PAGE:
Thor is easily the most ridiculous Avenger. During the run-up to the Avengers, the Marvel team must have worried that the God of Thunder would be a hard sell to the mainstream audience of the time. This was 2011, when The Dark Knight was still the biggest superhero movie ever, so a campy, cosmic Superman-like character could well have fallen out of the sky like a lead balloon. Iron Man and the Hulk were comparatively easier characters to bring, or bring back, to the big screen, as one is close enough to Batman except with a coat of paint, a more charismatic actor, and apparently much richer, according to Forbes, while the Hulk was on his second big budget film of the decade. Cinematically, Thor had zero game when film’s resident Shakespeare expert Kenneth Branagh came on board.
It’s a controversial opinion, especially since it has been overshadowed by last year’s Ragnarok, but I think Thor is the best standalone movie of Phase One. It’s fun, it’s really, really, weird in a pre-Guardians’ context, and it has the fantastic Chris Hemsworth at the centre of it all. As an origin story, Thor doesn’t do anything we haven’t seen before, but it uses its distinct corner of the Marvel Cinematic Universe to expand and explore a portion of Marvel that was never on screen before.
This film gets so many things right in terms of blockbuster entertainment that I’m going to just go through the most important. The first is the casting of Chris Hemsworth. Now synonymous with the role, Hemsworth embodies Thor completely as a warrior, as a bit of a moron, and also a guy with his heart in the right place. While Robert Downey Jr leans more into the comedic side of Tony Stark, Edward Norton into the side of Bruce Banner that sent me to sleep, and Chris Evans… nope, can’t skip ahead. The point is that Hemsworth gives Thor real depth – he makes a bloody God relatable, for the love of Odin.
Speaking of Gods, let’s talk about Asgard. Three films in and the MCU doesn’t have any sense of visual flair – yes, Iron Man and Hulk are colourful characters, but Earth in these films looks really bland. Asgard is the exact opposite: think of it as a Shakespearian world designed by the History Channel after some pot brownies. It’s gorgeous, and the decision to film the Earth scenes in New Mexico are totally worth it for this grandeur and the distinctive visual style it lends the film versus its more urban counterparts.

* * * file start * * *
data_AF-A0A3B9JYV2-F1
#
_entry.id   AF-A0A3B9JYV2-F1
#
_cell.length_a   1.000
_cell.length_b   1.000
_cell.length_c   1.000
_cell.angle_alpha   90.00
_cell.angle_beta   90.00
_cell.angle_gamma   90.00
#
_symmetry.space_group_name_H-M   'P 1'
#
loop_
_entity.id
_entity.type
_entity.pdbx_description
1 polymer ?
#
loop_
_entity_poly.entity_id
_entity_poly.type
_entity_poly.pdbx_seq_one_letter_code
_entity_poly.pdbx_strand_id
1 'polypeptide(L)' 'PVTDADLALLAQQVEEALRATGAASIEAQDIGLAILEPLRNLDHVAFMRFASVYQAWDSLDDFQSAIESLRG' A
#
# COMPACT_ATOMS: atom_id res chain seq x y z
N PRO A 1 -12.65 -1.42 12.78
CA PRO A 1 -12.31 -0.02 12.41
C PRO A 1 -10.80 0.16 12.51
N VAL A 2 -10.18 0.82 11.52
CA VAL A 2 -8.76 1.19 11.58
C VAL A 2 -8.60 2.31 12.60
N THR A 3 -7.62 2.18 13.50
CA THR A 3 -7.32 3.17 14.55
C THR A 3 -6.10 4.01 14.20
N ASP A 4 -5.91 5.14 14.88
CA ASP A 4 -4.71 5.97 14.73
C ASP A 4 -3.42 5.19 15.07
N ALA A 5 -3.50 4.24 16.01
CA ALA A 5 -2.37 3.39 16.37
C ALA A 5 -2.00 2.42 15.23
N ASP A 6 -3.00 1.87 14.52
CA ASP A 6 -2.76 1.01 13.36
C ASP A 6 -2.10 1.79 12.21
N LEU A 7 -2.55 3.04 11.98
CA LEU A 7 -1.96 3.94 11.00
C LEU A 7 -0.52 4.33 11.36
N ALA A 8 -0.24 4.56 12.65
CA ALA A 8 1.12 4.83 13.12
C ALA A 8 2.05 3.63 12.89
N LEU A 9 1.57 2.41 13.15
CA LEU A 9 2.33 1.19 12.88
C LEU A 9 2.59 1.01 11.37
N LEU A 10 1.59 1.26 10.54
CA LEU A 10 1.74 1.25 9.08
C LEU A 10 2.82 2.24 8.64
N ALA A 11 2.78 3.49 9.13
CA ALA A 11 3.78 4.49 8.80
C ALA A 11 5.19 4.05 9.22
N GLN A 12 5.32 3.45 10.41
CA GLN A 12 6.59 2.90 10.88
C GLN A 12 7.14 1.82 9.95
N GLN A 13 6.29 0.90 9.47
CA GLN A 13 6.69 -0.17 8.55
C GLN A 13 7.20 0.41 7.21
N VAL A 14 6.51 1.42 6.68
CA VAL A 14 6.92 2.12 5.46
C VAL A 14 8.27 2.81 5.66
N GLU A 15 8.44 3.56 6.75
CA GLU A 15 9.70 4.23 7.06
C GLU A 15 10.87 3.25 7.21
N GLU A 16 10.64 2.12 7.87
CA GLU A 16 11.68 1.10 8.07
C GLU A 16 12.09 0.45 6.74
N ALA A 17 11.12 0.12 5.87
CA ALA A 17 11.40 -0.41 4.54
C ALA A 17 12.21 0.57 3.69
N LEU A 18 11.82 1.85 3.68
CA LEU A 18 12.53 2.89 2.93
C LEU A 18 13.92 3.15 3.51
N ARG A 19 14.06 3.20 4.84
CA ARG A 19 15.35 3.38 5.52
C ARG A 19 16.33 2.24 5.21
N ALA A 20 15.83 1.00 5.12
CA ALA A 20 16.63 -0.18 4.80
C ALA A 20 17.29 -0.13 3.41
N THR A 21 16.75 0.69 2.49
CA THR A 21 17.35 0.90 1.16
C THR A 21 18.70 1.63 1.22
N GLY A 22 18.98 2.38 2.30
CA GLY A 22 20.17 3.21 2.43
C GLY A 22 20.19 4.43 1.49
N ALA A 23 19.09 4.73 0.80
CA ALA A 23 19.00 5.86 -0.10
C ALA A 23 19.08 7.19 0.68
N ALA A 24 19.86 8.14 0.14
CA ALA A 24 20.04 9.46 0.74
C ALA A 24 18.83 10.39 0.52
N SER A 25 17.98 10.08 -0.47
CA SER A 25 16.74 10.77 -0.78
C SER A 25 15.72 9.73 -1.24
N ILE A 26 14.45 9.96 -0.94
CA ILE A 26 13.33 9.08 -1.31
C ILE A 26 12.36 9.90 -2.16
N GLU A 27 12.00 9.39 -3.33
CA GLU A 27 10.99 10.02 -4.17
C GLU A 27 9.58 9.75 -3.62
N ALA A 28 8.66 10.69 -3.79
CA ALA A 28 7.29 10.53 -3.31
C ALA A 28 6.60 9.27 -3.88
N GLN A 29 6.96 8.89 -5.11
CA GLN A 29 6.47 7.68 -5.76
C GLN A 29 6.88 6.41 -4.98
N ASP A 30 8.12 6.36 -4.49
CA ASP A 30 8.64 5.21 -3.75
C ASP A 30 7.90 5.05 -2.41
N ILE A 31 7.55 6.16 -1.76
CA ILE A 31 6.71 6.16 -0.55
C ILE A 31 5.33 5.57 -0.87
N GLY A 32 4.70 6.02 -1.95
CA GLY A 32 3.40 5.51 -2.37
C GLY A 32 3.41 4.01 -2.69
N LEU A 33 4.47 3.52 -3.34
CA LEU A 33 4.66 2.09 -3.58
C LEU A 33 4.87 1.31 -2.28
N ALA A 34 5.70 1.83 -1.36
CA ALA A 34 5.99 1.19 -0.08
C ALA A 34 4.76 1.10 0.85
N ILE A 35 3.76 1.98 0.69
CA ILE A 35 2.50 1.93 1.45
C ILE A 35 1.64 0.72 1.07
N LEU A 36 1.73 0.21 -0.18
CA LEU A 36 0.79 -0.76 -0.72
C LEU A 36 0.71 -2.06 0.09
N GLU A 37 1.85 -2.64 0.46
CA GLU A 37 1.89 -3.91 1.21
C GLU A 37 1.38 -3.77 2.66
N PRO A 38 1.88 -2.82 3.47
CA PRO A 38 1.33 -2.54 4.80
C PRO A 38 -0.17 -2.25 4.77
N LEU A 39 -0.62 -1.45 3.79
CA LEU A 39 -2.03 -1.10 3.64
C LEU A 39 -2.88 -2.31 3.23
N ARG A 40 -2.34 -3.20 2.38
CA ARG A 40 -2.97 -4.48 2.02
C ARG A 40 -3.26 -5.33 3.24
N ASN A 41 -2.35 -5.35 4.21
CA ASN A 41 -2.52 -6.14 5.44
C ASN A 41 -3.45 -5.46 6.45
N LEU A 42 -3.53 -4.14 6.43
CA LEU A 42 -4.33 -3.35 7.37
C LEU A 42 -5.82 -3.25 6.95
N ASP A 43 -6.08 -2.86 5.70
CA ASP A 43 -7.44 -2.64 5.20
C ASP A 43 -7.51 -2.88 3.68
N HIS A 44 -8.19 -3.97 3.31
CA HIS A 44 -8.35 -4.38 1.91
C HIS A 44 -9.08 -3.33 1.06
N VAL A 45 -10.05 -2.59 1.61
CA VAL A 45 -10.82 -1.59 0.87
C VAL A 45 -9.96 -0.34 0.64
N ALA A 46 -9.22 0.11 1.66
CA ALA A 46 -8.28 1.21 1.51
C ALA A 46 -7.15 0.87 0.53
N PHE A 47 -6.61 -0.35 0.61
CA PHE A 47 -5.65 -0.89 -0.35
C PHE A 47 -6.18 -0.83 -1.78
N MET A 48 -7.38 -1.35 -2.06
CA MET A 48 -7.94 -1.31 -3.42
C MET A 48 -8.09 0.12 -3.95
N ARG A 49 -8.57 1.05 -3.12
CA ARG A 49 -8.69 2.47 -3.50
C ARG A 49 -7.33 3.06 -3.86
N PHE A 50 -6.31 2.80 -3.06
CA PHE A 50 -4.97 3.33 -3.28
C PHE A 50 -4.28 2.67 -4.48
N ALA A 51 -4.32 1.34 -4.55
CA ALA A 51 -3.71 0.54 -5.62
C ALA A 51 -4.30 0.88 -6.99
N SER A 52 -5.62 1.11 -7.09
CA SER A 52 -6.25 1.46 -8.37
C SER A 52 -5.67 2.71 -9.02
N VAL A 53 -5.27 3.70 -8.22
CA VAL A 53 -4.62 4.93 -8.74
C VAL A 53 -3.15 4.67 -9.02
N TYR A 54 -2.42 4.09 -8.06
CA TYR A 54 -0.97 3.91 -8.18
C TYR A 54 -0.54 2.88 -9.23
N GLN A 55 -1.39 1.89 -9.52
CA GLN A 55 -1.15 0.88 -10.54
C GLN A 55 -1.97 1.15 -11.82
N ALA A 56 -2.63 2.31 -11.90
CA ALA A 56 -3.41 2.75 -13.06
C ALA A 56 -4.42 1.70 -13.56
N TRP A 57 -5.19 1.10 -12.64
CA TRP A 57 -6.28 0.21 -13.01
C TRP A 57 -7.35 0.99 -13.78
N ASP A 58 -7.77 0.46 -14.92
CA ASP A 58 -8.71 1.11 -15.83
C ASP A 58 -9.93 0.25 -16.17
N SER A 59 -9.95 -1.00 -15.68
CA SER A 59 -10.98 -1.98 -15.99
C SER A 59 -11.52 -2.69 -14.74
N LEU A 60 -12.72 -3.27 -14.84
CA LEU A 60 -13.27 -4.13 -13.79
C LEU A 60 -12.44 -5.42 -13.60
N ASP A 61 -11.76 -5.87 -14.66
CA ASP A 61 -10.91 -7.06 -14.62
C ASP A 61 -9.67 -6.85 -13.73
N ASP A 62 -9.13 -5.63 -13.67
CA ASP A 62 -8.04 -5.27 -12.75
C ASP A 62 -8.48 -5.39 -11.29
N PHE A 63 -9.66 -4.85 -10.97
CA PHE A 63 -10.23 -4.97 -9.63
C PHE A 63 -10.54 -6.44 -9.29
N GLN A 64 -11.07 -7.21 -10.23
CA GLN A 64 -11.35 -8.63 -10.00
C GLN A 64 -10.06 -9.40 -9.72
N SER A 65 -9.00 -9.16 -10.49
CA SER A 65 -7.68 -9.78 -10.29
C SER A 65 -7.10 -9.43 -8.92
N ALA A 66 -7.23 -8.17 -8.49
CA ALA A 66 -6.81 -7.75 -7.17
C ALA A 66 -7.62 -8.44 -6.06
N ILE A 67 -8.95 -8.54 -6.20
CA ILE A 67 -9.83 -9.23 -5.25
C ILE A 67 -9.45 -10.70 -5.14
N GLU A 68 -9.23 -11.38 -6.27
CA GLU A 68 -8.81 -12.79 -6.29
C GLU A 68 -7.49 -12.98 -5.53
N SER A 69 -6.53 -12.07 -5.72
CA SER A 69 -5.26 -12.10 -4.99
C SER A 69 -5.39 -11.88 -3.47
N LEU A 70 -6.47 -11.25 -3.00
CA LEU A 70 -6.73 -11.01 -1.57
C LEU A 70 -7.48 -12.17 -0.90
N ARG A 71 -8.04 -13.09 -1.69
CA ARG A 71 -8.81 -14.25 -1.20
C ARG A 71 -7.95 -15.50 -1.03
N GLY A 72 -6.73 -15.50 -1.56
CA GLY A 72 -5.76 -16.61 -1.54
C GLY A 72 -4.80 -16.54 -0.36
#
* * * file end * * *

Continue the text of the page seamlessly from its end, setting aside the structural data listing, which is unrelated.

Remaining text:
The plot of the movie itself is pleasingly simple – Thor gets to play with his awesome hammer again as soon as he proves that he is a selfless warrior and leader. He learns this by falling to Earth and seeing the type of people and world that he should be fighting for. The fact that the first person he sees is Natalie Portman is a huge stroke of luck for the human race.
Ticking the Romance Box
Thor is the first MCU film in which the title of this section barely applies. Unlike Iron Man’s petty squabble of a romance, or The Incredible Hulk’s wet blanket of a pairing, Thor and Jane Foster have actual romantic chemistry. It helps a whole lot that Jane is played by Natalie Portman, even if she does seem half checked-out for most of the runtime. Jane’s an astrophysicist, with her own sidekicks – the love interest has sidekicks! In a superhero film! It’s not perfect, but it’s a start.
The Actually Not Wasted Villain Corner
Thor is the introduction of the MCU’s best villain to date: Tom Hiddleston’s Loki. Granted, this is his weakest outing as Hiddleston was yet to really make the role his own (that would come in The Avengers) but he is more than a match for his heroic brother. For once, the family drama in a superhero film is really compelling, as Loki’s quest for power comes from feeling inferior to both his father and his brother. That’s much better than some fucking soldier or a rival businessman, don’t you think?
Thor even handles its obligation to the larger Marvel world it becomes a part of with impressive style, with characters introduced in previous films, most notably Agent Coulson, feel essential to the narrative rather than an advert for what’s to come. It’s not perfect though, as Thor has the worst cameo in the history of the MCU. Picture the scene: Thor, an ancient and near-invincible literal God, is decimating SHIELD’s agents as he tries to get to his hammer. So who does Coulson call on take him out? Well, obviously, the guy who’s pretty alright with the bow, of course. I know that Hawkeye had to be introduced before The Avengers, and in 2011 Jeremy Renner was a huge get for the studio, but that was just plain dumb and by far the clunkiest part of the movie.
Thor has been unfairly forgotten due to the criticism of one sequel and the overwhelming praise of the other. It’s a great film in terms of action, comedy, and is the best Marvel origin story since Sam Raimi’s Spiderman.
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